Tuesday, July 12, 2011

Does GM have a "Union Problem"?

If only. The UAW is a toothless, invertebrate shell of what it once was. Its leadership is a paradigm example of everything that's wrong with the labor movement: lifeless top-down bureaucratization, collaborationist "business unionism", lack of rank and file organization, etc.

Of course, that's not the way the bourgeois press sees it. No matter how weak, ineffective and powerless the union may have become, it is always the favored bogey man when the auto industry is discussed. This recent NY Times piece is no exception. The basic line argued in the article is that GM is "turning auto making on its head" by producing a sub-compact car, employing fewer workers and paying them half of the union wage. These measures are all billed as progressive and innovative, of course. And, according to the article, they even have the added "benefit" of having won the assent of the UAW who, we're told, is finally willing to "cooperate". Freed from the chains of workplace democracy, GM has finally found a way to spread its wings and do things its own way.

This "progressive" narrative draws on a number of false premises. I'll discuss only two.

The first is that higher wages for auto workers means worse cars (hence why lowering the wages of the workers in the production of the sub-compact car makes for a "better" product). The second is connected to the first: it is implied that the union impedes innovation and hinders the production of world-class cars (hence GM's foray into the hitherto unexplored US sub-compact market was only possible given the newly "cooperative" attitude of the typically stubborn UAW).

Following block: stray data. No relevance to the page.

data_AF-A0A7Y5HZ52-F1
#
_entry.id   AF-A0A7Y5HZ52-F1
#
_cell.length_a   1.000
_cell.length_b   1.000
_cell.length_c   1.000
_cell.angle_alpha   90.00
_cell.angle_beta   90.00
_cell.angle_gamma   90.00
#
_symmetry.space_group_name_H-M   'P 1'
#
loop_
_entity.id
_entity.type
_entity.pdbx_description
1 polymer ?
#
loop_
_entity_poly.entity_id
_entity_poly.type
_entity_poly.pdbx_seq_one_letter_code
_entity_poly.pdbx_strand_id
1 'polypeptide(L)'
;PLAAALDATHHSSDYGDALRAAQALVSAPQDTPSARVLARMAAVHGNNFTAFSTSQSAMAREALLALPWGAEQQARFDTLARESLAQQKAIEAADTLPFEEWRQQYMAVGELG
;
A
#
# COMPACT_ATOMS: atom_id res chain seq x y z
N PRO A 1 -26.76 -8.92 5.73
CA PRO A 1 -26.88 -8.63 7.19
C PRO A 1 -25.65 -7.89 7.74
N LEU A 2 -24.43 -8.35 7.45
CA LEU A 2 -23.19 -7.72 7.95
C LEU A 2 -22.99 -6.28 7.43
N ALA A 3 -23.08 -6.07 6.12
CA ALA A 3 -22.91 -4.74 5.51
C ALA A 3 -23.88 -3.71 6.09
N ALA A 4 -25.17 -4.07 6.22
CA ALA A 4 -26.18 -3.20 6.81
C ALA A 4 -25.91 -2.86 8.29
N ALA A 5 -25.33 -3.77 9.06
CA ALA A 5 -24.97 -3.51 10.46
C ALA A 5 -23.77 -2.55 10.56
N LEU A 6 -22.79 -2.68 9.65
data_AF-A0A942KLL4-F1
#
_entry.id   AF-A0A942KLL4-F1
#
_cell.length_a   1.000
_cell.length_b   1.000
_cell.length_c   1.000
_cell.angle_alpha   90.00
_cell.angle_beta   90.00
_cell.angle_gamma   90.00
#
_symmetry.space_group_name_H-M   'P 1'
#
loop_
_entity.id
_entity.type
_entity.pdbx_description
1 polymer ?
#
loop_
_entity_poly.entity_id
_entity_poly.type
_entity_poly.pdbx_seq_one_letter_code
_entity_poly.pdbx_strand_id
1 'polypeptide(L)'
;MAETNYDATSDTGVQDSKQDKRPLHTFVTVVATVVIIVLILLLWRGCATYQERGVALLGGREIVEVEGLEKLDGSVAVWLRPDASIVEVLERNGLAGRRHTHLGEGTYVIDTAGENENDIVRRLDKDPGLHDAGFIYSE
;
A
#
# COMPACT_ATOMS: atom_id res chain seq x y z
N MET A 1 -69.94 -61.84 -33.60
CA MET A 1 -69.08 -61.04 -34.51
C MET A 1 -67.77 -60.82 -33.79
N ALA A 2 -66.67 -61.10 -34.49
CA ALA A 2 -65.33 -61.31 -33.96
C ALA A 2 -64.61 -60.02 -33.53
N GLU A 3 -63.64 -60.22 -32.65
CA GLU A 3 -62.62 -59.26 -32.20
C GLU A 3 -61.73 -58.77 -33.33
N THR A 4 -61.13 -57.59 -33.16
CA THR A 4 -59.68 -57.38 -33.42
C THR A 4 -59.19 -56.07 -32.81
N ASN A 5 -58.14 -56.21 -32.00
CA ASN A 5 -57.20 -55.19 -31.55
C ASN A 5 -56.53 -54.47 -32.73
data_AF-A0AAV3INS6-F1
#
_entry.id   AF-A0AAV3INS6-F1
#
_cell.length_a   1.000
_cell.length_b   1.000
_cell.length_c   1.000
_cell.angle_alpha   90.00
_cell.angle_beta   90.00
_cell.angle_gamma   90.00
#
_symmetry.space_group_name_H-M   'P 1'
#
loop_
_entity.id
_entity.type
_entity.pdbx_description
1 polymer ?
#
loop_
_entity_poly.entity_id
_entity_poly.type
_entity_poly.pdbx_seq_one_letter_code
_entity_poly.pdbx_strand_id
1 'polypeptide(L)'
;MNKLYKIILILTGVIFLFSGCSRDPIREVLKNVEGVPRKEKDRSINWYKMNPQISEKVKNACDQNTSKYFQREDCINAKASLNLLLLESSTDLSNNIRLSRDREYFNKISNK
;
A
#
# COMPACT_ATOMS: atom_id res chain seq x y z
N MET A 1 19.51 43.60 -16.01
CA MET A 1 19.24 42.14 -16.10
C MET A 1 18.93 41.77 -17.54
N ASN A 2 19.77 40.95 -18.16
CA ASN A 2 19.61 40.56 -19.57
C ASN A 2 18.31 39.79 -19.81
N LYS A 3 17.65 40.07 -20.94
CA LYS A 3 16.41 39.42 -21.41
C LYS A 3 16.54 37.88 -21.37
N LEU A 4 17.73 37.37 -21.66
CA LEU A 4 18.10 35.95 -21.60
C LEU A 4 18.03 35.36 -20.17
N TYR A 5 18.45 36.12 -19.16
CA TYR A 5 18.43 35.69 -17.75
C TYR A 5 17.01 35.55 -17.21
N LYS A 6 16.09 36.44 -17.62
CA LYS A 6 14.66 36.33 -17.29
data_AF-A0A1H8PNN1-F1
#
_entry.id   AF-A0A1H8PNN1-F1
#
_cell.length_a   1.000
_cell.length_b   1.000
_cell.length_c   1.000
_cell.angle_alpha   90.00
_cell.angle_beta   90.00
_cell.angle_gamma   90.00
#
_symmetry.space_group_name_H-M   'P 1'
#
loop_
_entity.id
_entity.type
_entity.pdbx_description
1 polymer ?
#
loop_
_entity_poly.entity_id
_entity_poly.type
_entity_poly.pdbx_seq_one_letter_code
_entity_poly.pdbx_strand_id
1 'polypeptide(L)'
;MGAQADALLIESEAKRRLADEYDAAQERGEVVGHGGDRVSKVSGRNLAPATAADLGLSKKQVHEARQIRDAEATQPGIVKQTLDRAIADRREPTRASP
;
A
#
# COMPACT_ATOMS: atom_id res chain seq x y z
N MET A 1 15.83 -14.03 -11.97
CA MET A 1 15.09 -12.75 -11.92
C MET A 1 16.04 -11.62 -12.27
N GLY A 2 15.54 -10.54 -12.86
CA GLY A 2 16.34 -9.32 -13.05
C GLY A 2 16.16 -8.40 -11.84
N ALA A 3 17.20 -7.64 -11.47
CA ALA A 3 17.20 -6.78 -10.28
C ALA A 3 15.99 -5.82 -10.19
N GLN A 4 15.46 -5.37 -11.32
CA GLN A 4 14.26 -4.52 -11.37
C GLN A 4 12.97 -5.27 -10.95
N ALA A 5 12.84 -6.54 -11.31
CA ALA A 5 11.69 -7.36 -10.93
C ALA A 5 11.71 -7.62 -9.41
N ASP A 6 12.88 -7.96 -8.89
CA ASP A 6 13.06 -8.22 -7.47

The "evidence" typically marshaled in defense of the first premise is that companies other than the Big Three make "better" cars because they aren't handicapped by a union that wins benefits, pensions, and decent wages for its members. This is, of course, false. European car manufacturing is a heavily unionized industry. In Germany, workers are paid more than their counterparts in the US and get 8 weeks paid vacation each year. And French auto workers unions have been known to show a bit of militancy now and again. Likewise, the Japanese auto industry is heavily unionized as well, winning health benefits and decent wages for its members while the owners of Japanese auto firms continue to do quite well. Korean auto workers are also unionized, as you may recall from this struggle a few years back. Note that none of the hacks in the US press who rail against the UAW ever make the argument that European and Japanese automakers are handicapped by their unionized workforces. That's because they aren't. (I note in passing that a similar phenomenon occurs in arguments about education policy, where pro-corporate anti-teacher zealots blame US teachers unions for everything wrong with public education while pointing (often unknowingly) to successful European schools that are, in fact, unionized). That these facts about auto unions elsewhere in the world aren't ever discussed speaks to the distorted picture propagated by our corporate-friendly media.